Researchers at the famed Massachusetts Institute of Technology (MIT) may have cracked the code on one of hearing’s most bewildering mysteries, and the future design of hearing aids might get an overhaul based on their findings.
The enduring belief that voices are singled out by neural processing has been debunked by an MIT study. Tuning into individual levels of sound may actually be handled by a biochemical filter according to this study.
How Our Ability to Hear is Affected by Background Noise
While millions of people battle hearing loss, only a fraction of them attempt to deal with that hearing loss with the use of hearing aids.
Though a major boost in one’s ability to hear can be the result of using a hearing aid, settings with a lot of background noise have typically been a problem for people who wear a hearing improvement device. A person’s ability to single out voices, for example, can be seriously limited in settings like a party or restaurant where there is a steady din of background noise.
Having a discussion with somebody in a crowded room can be stressful and annoying and individuals who cope with hearing loss know this all too well.
For decades scientists have been studying hearing loss. The way that sound waves travel through the ear and how those waves are distinguished, due to this body of research, was thought to be well understood.
The Tectorial Membrane is Identified
However, it was in 2007 that scientists identified the tectorial membrane inside of the inner ear’s cochlea. The ear is the only place on the body you will see this gel-like membrane. What really fascinated scientists was how the membrane provides mechanical filtering that can decipher and delineate between sounds.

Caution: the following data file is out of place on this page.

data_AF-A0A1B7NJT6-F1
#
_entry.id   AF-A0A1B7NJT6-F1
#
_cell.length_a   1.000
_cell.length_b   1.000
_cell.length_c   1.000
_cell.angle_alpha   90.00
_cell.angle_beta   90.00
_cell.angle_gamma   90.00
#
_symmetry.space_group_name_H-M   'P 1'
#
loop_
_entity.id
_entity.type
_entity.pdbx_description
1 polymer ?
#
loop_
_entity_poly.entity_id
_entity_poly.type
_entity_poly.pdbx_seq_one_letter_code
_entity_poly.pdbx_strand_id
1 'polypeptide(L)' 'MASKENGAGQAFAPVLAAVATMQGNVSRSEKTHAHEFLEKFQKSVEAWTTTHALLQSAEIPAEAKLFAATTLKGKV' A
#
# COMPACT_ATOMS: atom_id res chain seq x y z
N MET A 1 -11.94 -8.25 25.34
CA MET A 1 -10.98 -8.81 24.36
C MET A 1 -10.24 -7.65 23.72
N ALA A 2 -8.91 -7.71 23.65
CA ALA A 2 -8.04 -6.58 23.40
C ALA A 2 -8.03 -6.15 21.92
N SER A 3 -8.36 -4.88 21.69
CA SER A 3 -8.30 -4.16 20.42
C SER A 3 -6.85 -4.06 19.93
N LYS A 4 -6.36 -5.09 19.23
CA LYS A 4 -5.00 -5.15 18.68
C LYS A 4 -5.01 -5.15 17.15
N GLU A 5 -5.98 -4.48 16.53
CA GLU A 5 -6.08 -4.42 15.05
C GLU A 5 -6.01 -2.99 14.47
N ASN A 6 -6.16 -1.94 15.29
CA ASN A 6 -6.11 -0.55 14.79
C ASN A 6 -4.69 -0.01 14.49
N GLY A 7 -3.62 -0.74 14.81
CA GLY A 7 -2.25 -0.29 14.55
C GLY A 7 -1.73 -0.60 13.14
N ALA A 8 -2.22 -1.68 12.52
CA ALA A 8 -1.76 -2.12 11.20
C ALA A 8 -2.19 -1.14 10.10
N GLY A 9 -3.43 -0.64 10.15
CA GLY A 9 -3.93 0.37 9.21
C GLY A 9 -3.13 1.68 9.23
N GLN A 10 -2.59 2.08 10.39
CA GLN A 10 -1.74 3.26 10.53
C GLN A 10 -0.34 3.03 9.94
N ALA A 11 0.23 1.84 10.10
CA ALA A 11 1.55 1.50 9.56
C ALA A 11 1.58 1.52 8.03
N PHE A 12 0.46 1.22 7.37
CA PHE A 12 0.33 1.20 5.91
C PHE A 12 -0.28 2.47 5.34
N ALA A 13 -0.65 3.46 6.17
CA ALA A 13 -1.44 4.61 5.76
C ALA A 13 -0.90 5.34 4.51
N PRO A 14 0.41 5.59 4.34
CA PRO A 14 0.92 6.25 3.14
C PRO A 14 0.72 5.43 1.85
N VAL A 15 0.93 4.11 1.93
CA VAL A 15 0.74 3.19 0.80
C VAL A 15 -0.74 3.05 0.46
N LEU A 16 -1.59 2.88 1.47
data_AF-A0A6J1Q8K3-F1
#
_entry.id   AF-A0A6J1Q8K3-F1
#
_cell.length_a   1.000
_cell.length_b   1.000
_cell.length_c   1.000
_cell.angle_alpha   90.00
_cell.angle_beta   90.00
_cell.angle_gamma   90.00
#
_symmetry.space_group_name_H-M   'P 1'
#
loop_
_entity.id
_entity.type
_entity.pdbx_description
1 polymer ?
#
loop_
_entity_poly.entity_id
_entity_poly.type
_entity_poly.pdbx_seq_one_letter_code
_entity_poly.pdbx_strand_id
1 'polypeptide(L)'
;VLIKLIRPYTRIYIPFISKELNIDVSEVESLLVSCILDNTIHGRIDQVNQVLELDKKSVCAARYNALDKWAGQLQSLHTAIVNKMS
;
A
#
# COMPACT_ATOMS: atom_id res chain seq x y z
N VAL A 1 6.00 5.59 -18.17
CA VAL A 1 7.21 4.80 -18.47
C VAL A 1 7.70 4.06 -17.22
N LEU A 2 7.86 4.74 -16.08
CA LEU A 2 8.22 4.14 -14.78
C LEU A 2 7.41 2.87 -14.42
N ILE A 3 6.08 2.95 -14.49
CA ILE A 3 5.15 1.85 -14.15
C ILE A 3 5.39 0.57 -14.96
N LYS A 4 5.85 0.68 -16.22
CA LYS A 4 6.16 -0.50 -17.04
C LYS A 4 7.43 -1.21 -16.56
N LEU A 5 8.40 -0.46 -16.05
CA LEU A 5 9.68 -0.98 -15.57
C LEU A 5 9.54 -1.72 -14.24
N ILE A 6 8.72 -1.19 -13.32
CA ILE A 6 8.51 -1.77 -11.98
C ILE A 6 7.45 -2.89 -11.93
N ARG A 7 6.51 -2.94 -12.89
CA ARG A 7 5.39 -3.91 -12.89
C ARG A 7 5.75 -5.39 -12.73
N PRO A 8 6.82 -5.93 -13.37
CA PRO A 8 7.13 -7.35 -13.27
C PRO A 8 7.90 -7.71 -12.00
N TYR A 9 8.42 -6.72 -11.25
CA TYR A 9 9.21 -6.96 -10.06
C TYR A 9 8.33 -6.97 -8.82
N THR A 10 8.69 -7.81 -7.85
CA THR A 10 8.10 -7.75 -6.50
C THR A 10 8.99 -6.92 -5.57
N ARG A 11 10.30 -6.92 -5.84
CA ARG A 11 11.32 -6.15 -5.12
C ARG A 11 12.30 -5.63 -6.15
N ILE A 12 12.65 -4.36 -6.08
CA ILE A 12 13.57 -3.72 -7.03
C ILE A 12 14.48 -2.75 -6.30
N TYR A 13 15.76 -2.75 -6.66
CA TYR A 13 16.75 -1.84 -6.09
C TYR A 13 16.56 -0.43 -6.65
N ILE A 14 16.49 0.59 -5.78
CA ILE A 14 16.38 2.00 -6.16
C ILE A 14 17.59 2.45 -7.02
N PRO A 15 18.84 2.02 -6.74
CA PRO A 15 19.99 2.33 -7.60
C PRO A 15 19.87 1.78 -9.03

Minuscule in size, the tectorial membrane sits on tiny hairs within the cochlea, with small pores that control how water moves back and forth in response to vibrations. Researchers observed that different tones reacted differently to the amplification produced by the membrane.
The middle frequencies were found to have strong amplification and the tones at the lower and higher ends of the scale were less affected.
Some scientists believe that more effective hearing aids that can better distinguish individual voices will be the result of this groundbreaking MIT study.
The Future of Hearing Aid Design
For years, the general design concepts of hearing aids have remained fairly unchanged. Tweaks and fine-tuning have helped with some enhancements, but the majority of hearing aids are essentially made up of microphones which pick up sounds and a loudspeaker that amplifies them. Regrettably, that’s where one of the design’s drawbacks becomes apparent.
All frequencies are boosted with an amplification device and that includes background noise. Another MIT researcher has long believed tectorial membrane research could result in new hearing aid designs that offer better speech recognition for wearers.
The user of these new hearing aids could, theoretically, tune in to an individual voice as the hearing aid would be able to tune distinct frequencies. With this design, the volume of those sounds would be the only sounds amplified to aid in reception.
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